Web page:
10 tips for beautiful holiday photos
For unforgettable holidays
Glorious colours, foreign cultures, extraordinary landscapes - you want to cherish all these impressions of your holidays for ever - but once back home, there is often great disappointment. By using the following 10 tips, not only will your holiday photos be worth looking at, but you will want to present them - for example as digital photos or wall decorations.
1) Use the scene programs
Digital cameras often have scene programs for portraits, mountain landscapes and even beach photos. Use these selectively to get the best light exposure. This will generally allow you to avoid overexposed or blurry pictures automatically.
2) Quick action = short exposure time
If animals move quickly or you want to capture the waves of the ocean breaking on the shore, the exposure time of the picture must be kept very short. If there is a sports program on your camera, you should use this. Otherwise, the exposure time should be 1/500s or 1/1000s for a pin-sharp picture of a rapid movement, so that the picture does not appear blurred.
3) Adjust the ISO speed for night-time and inside shots
When the lanterns go on in Venice at night, the mood is particularly beautiful - but to capture it well, you need to do more than just increase the ISO speed of your camera. Its true that a high ISO rating makes night-time pictures seem clearer, but it can also create a more grainy picture and therefore image noise. For this reason, it's also worth playing about with the exposure time (as long as possible) and ensuring that the image does not become blurred. It's best to use a tripod for the photo or place the camera on a wal - then the ISO rating can be kept low.
4) Bei Ferienfotos auf gutes Licht achten
Photographers call the evening the blue hour, even when the red colour component of the light is particularly high here. At this time, the sunlight looks particularly shallow and lends photos this unique atmosphere. The same applies for sunrise. For this reason, it's best to photograph landscapes in the morning or afternoon to ensure vivid pictures and beautiful silhouettes. During the day, you should also ensure that you dont take your photographs looking into the light, so have some backlighting. It's better to turn so that you are standing with your back to the sun.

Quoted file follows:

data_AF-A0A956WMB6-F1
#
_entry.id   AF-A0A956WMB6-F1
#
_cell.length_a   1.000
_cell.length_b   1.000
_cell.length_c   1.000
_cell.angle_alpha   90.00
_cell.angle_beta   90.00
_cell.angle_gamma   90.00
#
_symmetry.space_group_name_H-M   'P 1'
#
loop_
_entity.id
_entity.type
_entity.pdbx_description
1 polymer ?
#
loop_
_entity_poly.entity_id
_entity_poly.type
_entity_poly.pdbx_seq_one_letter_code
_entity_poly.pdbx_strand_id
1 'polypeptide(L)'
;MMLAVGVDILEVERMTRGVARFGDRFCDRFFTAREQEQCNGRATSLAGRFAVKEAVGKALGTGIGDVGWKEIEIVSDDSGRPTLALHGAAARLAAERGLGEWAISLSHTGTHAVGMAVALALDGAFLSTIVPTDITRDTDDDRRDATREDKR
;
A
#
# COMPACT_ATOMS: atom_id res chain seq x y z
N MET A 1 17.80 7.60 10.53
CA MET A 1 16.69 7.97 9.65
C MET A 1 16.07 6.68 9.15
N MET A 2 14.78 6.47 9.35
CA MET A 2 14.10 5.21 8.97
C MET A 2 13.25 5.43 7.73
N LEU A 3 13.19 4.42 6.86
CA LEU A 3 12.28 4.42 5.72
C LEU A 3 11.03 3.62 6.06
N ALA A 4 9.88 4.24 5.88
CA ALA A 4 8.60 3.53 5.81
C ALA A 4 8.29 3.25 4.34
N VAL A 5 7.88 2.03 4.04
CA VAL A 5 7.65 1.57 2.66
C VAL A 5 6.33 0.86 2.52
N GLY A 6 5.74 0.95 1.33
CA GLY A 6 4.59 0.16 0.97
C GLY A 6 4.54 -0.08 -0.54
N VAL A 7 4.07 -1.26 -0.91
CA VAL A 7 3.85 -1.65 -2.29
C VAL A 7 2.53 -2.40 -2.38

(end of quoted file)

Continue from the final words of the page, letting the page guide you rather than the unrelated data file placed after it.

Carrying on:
5) Take portraits at the right angle
Photographing people from below or above creates an unflattering picture. For this reason, you should make sure you position your camera at eye-level to your subject when taking a picture. This ensures you avoid false proportions or looking up the nostrils.
6) Put people in the right light
When the sun is shining down, you should use the flash when taking portraits. This brightens up the face and contrasts with the sunlight as a result. However, you should not use the flash when photographing animals so as to not frighten your subject.
7) Use sharpness skilfully
Pictures with people look more vivid if the background is slightly blurred. To do this, make sure that the focal aperture of your camera is particularly large - if possible. You should note that the smaller the value, the larger the focal aperture. On the other hand, if you want to capture the landscape with all its details, you should use a small focal aperture (between 8 and 16) to make all areas of the picture equally sharp. Digital cameras also frequently have a landscape program for this.
8) Pick the right holiday photos
Imposing landscapes or buildings are only shown off to their best advantage when the magnitudes in the picture can be recognised later as well. For this reason, you should also include the foreground in such pictures and position something in front to show how imposing the subject really was. Pictures also seem more vivid if you observe the 1/3 rule: Position the horizon in the top third or the photographed tower in the left third of the picture. Alternatively, just concentrate on the details. They are often more unusual and characteristic of a country than the overall situation.
9) Portrait or landscape format?
You often intuitively choose the portrait format for portraits, while landscapes are taken in the landscape orientation. However, high landscapes such as mountains or waterfalls can also be taken in portrait format - and vice versa; people can often be staged unusually in the landscape format. Try taking photos of the same image in both formats - see which one works best.
10) Avoid converging lines
Photographers know converging lines are really parallel lines, for example of a building, which converge in a photo. This deformation of perspectives occurs if you are standing too close to the object you are photographing. For this reason, you should be as far away from the subject as possible to obtain a real picture.